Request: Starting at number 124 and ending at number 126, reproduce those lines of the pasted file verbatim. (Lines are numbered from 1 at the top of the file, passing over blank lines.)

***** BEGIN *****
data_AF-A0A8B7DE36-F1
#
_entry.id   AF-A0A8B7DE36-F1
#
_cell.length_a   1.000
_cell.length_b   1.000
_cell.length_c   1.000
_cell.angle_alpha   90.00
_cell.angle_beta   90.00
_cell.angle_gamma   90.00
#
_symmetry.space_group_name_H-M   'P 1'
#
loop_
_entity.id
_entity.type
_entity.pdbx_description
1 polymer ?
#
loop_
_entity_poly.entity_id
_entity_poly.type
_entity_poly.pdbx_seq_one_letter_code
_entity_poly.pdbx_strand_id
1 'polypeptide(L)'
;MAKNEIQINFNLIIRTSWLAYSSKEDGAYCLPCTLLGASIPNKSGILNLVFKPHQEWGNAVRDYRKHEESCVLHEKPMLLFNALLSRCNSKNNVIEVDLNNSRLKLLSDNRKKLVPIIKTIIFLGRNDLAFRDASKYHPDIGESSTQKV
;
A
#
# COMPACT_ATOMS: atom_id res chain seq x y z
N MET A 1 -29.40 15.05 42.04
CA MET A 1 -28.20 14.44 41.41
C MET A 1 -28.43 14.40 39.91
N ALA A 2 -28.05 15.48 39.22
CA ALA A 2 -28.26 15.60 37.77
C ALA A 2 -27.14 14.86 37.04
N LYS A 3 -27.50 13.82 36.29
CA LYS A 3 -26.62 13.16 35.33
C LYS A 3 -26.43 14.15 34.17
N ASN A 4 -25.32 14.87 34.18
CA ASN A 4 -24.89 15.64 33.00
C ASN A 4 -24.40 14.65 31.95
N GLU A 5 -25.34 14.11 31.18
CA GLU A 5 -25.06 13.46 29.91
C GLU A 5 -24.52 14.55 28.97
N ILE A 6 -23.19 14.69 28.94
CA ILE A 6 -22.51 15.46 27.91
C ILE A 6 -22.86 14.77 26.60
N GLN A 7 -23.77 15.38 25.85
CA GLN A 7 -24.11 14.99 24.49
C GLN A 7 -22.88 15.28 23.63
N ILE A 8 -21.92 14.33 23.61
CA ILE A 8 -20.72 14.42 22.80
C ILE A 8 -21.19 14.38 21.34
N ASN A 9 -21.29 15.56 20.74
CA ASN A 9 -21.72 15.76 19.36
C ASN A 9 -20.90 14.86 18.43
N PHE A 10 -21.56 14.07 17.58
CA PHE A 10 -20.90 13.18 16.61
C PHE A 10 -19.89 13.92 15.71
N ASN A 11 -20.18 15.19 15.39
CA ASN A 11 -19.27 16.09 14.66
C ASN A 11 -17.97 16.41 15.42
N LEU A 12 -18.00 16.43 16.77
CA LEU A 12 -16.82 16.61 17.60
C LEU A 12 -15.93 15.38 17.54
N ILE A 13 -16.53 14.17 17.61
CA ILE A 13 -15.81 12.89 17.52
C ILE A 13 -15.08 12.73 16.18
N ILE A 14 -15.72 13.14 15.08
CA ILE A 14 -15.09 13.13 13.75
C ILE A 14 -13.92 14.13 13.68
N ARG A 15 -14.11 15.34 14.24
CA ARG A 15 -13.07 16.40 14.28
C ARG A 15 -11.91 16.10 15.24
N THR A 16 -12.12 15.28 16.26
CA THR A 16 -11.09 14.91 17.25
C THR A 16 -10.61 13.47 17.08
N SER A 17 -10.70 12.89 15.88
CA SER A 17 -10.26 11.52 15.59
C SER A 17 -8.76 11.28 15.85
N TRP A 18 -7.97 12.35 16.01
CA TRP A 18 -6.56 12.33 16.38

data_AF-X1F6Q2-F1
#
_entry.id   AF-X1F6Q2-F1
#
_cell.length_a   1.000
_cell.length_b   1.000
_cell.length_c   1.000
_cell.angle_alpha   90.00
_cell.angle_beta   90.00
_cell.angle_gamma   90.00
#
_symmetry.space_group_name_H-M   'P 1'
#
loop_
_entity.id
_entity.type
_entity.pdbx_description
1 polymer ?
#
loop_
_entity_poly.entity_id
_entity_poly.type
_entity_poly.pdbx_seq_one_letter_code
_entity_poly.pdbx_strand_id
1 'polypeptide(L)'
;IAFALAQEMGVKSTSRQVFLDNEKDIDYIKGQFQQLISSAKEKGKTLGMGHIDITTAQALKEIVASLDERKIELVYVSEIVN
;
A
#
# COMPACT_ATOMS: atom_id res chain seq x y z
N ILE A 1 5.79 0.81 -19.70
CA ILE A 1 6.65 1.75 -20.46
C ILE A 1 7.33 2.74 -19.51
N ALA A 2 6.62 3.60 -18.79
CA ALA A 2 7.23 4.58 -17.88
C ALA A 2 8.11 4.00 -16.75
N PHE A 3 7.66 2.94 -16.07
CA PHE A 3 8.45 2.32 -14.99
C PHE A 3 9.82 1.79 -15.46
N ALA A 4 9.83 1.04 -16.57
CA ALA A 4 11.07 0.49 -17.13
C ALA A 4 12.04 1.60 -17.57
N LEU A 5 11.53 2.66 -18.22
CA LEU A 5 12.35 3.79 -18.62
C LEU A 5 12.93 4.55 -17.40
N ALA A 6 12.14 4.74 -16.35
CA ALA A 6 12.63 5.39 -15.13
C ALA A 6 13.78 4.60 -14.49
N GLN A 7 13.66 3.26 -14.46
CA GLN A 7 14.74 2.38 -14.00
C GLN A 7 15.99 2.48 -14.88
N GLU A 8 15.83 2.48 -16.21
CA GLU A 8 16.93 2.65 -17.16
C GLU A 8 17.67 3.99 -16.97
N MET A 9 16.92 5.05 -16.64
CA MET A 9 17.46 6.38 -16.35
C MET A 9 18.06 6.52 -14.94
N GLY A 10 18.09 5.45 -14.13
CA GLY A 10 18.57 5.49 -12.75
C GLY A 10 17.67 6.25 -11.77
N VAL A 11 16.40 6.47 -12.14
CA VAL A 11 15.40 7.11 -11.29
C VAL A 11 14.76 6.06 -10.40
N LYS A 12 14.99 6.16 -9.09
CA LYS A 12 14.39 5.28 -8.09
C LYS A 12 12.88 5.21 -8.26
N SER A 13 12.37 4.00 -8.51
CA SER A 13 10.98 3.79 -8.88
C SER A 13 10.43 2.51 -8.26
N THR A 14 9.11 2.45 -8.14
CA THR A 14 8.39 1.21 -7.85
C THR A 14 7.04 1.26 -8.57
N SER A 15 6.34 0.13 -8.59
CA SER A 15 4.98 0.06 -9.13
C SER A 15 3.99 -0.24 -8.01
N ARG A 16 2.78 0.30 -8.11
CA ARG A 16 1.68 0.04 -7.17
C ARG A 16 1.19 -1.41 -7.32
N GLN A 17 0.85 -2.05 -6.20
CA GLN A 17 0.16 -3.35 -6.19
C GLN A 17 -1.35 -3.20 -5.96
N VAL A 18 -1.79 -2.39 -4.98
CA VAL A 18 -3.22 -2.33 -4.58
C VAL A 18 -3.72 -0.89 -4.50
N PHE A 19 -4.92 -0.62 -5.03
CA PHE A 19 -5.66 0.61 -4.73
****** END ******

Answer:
CA ALA A 4 11.07 0.49 -17.13
C ALA A 4 12.04 1.60 -17.57
N LEU A 5 11.53 2.66 -18.22